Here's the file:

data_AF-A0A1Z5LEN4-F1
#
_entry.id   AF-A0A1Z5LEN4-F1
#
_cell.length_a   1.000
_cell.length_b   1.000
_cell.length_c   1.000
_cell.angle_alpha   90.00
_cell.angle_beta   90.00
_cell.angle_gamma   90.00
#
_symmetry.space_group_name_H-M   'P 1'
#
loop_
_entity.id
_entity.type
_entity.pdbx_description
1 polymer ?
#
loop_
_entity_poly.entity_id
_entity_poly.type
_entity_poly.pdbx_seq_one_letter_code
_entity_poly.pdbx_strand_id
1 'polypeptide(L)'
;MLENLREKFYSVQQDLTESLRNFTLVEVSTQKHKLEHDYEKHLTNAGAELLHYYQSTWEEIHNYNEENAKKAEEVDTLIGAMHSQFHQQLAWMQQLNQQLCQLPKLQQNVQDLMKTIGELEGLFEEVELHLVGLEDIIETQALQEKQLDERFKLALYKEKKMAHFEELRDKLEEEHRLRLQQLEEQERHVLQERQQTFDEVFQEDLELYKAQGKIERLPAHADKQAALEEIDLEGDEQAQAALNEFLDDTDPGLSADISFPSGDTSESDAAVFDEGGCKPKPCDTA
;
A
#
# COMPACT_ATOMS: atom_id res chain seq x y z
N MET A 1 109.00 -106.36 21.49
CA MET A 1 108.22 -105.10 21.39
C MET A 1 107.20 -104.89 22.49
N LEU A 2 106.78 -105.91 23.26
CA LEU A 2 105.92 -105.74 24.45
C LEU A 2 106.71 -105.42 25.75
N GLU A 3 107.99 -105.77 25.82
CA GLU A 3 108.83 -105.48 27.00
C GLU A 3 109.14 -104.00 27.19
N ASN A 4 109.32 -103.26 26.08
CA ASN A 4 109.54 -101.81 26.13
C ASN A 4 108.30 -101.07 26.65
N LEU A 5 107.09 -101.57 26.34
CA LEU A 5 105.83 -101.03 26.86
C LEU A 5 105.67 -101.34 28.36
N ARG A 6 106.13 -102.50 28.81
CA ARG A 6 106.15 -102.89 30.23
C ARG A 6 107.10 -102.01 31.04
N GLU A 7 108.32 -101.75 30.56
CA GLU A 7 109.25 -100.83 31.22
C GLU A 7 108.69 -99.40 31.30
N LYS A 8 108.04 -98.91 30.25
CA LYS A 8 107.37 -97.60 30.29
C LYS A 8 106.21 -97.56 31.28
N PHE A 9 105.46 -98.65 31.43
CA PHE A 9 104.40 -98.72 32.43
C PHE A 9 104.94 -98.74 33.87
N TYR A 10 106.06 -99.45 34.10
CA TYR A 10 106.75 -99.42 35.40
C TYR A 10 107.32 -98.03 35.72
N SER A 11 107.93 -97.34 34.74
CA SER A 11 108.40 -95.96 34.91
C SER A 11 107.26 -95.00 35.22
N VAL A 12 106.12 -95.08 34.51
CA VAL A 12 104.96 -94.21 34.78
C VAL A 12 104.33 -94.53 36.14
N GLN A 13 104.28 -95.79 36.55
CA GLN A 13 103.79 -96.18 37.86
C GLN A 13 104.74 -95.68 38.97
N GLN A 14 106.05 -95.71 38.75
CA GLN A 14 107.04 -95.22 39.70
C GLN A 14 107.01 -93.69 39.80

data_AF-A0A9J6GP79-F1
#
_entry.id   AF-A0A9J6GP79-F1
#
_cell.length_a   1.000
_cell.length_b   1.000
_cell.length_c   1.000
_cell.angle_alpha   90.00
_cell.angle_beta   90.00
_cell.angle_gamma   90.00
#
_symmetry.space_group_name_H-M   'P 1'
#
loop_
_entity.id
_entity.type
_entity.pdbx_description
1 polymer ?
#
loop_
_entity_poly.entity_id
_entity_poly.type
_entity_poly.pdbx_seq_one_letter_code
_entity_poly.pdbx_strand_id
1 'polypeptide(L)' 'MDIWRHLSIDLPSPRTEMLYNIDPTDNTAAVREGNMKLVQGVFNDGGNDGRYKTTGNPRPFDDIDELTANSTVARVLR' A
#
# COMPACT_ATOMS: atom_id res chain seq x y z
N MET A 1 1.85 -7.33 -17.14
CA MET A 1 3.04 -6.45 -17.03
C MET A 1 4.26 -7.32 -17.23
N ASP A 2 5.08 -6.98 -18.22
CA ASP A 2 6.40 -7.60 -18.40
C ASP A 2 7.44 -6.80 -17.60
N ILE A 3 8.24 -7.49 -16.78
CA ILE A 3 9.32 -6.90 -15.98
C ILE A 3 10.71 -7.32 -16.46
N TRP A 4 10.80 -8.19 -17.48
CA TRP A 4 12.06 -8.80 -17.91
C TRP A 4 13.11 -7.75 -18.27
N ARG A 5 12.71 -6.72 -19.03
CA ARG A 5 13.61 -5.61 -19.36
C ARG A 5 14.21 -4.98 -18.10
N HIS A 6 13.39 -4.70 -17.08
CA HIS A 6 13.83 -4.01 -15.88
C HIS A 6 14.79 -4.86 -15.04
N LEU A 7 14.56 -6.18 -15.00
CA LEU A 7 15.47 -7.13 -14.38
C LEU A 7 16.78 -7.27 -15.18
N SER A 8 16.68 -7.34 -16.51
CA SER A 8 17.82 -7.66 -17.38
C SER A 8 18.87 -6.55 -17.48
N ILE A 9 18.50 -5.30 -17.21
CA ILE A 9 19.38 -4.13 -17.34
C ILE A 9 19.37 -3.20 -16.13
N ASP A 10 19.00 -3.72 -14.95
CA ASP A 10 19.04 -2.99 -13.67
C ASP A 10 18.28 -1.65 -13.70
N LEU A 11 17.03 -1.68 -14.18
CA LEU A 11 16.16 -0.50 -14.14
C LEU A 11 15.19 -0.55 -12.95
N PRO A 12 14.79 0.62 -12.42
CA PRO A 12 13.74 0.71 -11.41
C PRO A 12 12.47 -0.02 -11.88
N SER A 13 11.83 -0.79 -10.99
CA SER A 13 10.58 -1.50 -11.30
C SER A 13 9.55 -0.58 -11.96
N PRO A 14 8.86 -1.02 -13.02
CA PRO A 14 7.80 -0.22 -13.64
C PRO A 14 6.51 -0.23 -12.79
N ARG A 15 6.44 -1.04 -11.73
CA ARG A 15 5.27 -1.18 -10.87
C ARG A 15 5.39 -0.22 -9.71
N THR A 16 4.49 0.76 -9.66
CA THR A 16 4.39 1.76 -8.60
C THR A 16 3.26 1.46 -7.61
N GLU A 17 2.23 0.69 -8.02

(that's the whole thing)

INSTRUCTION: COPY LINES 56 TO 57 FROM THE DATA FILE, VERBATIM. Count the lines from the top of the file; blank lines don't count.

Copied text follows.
CA PHE A 9 104.40 -98.72 32.43
C PHE A 9 104.94 -98.74 33.87